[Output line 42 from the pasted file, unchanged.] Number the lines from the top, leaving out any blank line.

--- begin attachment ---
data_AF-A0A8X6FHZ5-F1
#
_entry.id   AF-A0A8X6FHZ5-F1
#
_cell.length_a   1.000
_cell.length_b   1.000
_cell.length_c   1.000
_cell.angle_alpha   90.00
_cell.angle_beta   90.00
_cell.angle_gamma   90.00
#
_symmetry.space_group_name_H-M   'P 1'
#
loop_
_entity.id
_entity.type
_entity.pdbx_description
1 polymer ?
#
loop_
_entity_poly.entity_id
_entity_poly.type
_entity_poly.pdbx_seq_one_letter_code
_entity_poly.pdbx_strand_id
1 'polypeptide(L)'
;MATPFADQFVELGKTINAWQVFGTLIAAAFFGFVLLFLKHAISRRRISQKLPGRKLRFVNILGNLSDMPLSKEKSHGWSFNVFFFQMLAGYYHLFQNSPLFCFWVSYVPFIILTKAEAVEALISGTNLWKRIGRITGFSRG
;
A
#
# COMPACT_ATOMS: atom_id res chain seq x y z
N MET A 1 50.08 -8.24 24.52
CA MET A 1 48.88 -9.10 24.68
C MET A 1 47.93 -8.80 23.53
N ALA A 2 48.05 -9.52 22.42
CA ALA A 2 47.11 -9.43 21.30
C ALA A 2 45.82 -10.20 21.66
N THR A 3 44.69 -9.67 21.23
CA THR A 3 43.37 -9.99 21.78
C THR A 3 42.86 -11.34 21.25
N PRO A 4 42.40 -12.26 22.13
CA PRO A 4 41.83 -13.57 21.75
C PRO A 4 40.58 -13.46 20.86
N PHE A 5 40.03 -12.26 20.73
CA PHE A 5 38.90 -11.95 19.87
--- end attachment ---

C PRO A 4 40.58 -13.46 20.86